Click on the image for the original post on Loren Coleman’s Criptomundo. The photo was sent to him with this report:
Loren, hopefully you can shed some light on this thing. The thing has many human qualities I can see under a scope. [It] appears to have clothing, however the burnished bronze color throws me off. [It was] photo[graph]ed by a 15 year old American girl. She was on tour with a group from Michigan. Supposedly the temp. is 100+.
Loren, the photo was taken in July 2007. The story behind it is this little 15 year old girl was attacked by this [thing]. How it happened is unclear. I met personally with the girl and her parents; I felt imposing since I had just met these people for the first time. It was a large family gathering and I was an outside guest invited. Still not sure why I was invited other than they had motorcycles and needed answers to questions. I was their answer guy.
Her father plainly said she’d not be going on anymore trips out of his sight. Supposedly this thing grabbed her and attempted to hold her and put mud in her face and hair. She said she couldn’t get away from it by pulling so she got a firm hold and tackled it causing it to lose balance thus allowing her escape.
Supposedly there are other witnesses; I am still trying to get more info.
The area is: Porto Seguro, Bahia, Brazil.
Surely, someone there knows of this incident.Two-Cam McLaren, August 9, 2007.
Coleman thinks it’s “intriguing, if not curiously prosaic”, and remarks that “anything is possible as an origin of any new photo”. It turns out that though anything is possible, the most prosaic explanation indeed must be the answer to this. And it’s so prosaic any Brazilian, like me, would find it not only obvious but slightly revolting.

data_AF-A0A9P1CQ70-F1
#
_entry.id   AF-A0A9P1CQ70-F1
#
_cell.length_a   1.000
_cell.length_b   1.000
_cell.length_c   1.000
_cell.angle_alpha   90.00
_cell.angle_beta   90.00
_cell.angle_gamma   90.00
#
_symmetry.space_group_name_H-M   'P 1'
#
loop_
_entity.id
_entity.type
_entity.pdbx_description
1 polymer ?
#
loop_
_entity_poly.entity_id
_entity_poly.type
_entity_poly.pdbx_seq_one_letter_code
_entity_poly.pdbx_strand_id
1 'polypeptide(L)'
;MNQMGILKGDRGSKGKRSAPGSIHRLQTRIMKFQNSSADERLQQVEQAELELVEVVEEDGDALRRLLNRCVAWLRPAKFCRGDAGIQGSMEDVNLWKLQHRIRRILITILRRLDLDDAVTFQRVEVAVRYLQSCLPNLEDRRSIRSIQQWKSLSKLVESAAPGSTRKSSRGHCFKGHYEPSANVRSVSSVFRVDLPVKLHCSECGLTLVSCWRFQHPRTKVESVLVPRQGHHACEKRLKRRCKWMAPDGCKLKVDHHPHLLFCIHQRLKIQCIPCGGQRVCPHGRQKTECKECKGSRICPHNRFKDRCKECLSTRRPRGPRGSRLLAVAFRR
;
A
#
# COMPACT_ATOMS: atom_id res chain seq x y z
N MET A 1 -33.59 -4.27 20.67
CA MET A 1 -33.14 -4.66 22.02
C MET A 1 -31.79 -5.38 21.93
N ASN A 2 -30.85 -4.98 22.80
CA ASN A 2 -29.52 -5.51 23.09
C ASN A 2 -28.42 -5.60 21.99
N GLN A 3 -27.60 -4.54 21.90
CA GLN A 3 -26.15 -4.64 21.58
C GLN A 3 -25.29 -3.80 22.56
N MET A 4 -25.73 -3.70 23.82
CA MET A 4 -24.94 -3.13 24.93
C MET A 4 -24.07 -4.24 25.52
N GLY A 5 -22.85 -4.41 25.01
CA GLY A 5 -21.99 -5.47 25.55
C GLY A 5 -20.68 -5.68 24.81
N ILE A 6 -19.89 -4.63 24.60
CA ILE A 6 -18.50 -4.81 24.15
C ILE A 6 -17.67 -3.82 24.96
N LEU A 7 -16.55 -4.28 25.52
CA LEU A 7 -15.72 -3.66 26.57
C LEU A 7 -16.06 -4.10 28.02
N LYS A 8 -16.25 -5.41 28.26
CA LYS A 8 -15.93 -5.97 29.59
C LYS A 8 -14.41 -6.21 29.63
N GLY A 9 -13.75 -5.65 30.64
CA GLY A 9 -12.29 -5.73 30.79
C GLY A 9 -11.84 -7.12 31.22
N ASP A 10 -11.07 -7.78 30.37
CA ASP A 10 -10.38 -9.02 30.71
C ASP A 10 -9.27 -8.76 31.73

That mud area we can see in the photos is what is called “manguezal“, and it’s a very important ecosystem in Northeastern Brazil, not only for the environment but also for the locals. The image at left of very happy people are some tourists bathing in mud, but the second and third one are from locals earning their life. They mostly catch crabs in the mud, and end up almost completely covered in mud.
It’s obvious the original photo sent to Coleman is of a local covered in mud, probably a man. You can see that he’s wearing a T-shirt and pants. The “horns” are the same as we can see in the tourists above: it’s just something you can do with your hair when it’s covered in mud.
The “Manguezal” culture was even promoted in the 1990s in Brazil as a nice cultural movement, the “Mangue Beat“, leaded by band “Chico Science”.
Now, Coleman may not be blamed for sharing this pic, warning about it possibly being fake and asking for input. People outside Brazil may not be used to see homo sapiens covered in mud — though even Americans my have watched somewhat similar “Give it Away“.
But those who sent the photo and called that guy, very probably a poor local earning his life, a “Beast”… I don’t know which is worse: that they were indeed “attacked” by “it”, and did not realize it was a human being; or if they knowingly called a local a horned Beast.
Update: Coleman quickly and kindly posted our explanation on Criptomundo.
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